Military Parents And Child Custody
In 2009 there were more than 10,000 single parents deployed on active military duty. What happens to these children and how are they taken care of? One thing to keep in mind is that service members are subject to military law which differs from state laws. For example, child support for military parents is calculated differently than other civilian parents. This is where the state courts and military courts will have to work together.
If the service member is the custodial parent they may have to relinquish their rights to the non-custodial parent while they are deployed. However, the general standard for a non-deploying parent is that the child should be reasonably available to the deploying parent when the deploying parent is on leave and that the non-deploying parent shall make the child available for telephone calls, emails and/or skype. These arrangements may vary but it is generally the basic guidelines for deployed military visitation.
Something to keep in mind is that if the deployed parent’s family is not allowed to visit, the service member may in some situations have the courts delegate the visitation to a specific family member such as a grandparent or sibling. The key to this as is to any other decision making in family law, is that it is in the best interest of the child and that the child has a standing relationship with this individual.
The problem with the above situations however, is that when the military parent returns from deployment, the original custody orders do not just revert back. The service member will actually have to return to court to petition for a new custody order. Many issues can arise out of this situation depending on the length of deployment and the age of the child. If it is a lengthy deployment and the child is young, they may form a stronger attachment to the new custodial parent and not want to go back. In other cases, where you might have been the primary custodial parent, it may now be changed to joint custody. Regardless of the situation, you will have to obtain a new court order.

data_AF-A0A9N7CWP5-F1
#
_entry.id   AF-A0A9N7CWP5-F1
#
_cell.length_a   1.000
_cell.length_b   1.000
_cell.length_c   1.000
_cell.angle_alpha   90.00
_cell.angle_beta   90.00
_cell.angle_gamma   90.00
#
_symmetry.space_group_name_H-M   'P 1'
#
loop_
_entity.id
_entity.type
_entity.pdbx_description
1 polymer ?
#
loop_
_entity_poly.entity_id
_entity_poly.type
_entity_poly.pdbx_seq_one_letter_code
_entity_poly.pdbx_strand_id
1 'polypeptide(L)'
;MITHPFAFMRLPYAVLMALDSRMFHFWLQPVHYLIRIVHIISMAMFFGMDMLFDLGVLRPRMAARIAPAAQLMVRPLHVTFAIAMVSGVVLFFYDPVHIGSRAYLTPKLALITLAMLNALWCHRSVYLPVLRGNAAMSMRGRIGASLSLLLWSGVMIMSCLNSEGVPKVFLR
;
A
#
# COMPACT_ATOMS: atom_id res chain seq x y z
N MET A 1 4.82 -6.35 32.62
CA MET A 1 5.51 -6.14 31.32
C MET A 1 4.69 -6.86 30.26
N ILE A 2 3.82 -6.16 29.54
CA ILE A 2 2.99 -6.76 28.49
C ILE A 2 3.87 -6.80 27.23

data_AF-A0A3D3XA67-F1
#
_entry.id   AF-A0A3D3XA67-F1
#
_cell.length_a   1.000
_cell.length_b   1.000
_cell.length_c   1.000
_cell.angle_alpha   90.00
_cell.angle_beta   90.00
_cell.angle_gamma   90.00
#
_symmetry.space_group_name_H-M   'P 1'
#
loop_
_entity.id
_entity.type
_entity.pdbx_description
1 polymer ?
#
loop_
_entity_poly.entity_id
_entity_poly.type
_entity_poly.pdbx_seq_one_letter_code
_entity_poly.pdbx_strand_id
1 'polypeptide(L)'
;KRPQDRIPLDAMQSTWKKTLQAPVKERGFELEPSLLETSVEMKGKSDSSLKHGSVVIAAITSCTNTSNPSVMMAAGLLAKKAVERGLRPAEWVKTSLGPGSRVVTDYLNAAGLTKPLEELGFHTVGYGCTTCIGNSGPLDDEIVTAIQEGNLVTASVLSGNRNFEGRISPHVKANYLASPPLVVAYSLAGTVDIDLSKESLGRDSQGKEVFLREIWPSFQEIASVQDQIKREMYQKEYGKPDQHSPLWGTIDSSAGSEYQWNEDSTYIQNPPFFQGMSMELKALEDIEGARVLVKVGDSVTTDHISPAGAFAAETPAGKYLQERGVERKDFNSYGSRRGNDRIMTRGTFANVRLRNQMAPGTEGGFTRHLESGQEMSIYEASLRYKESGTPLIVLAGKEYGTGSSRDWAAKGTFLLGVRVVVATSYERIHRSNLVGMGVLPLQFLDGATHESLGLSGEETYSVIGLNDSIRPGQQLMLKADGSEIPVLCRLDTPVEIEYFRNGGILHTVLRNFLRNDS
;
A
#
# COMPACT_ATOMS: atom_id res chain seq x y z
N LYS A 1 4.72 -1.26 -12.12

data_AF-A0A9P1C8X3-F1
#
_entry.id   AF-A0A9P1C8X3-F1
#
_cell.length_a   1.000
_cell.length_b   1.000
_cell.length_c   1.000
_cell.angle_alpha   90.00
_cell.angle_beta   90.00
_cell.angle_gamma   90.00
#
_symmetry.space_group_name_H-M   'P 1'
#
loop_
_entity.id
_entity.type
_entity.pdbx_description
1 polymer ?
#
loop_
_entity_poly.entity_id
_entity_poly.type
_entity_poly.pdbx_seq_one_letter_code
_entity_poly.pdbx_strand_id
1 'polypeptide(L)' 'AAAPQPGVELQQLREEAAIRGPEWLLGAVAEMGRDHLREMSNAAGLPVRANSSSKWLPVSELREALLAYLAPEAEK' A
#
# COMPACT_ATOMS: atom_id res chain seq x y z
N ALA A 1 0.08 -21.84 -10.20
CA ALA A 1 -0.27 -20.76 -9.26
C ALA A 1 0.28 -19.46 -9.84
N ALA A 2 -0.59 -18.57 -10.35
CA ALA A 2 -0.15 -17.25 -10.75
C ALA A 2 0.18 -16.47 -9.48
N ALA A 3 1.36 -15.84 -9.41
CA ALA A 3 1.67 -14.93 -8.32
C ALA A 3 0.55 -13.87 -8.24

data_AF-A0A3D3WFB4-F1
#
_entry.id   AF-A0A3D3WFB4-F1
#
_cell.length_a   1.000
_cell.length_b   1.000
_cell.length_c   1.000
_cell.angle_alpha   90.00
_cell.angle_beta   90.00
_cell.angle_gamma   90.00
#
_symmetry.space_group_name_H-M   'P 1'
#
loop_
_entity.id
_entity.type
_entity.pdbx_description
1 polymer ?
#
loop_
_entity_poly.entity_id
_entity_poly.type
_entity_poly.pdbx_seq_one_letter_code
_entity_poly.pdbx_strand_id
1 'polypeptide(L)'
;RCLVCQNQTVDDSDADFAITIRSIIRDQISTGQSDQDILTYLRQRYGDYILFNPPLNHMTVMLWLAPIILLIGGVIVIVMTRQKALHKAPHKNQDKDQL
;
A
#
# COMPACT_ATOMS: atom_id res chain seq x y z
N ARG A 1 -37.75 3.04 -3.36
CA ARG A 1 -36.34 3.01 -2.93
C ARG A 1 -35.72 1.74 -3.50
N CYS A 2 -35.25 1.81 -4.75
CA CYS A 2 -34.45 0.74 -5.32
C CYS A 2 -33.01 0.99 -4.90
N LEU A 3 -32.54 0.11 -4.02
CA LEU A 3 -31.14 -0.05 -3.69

There are laws out there such as the ‘Servicemembers Civil Relief Act’ but more support is needed. Currently, there is new legislation that will hopefully be included in the 2013 defense policy bill and be enacted into law. The new legislation is designed to protect our service members of having courts alter their custody orders while deployed. What needs to come to light in the court system is that our deployed military should not be worrying about losing custody of their children while they are serving their country.
If you are a military parent make sure that you are tracking updates of state legislation affecting military deployment and custody and other states’ cases. A good resource is ‘The Judges’s Guide’ by Mark E. Sullivan which is a guide to the ‘Servicemember’s Civil Relief Act’. In addition, The American Bar Association’s new “Legal Guide for Military Families: Everything You Need to Know About Family Law, Estate Planning, and the Servicemembers’ Civil Relief Act” is a great resource as well. Do your research before you get your deployment orders so that you will be able to make the best decisions for both you and your children.
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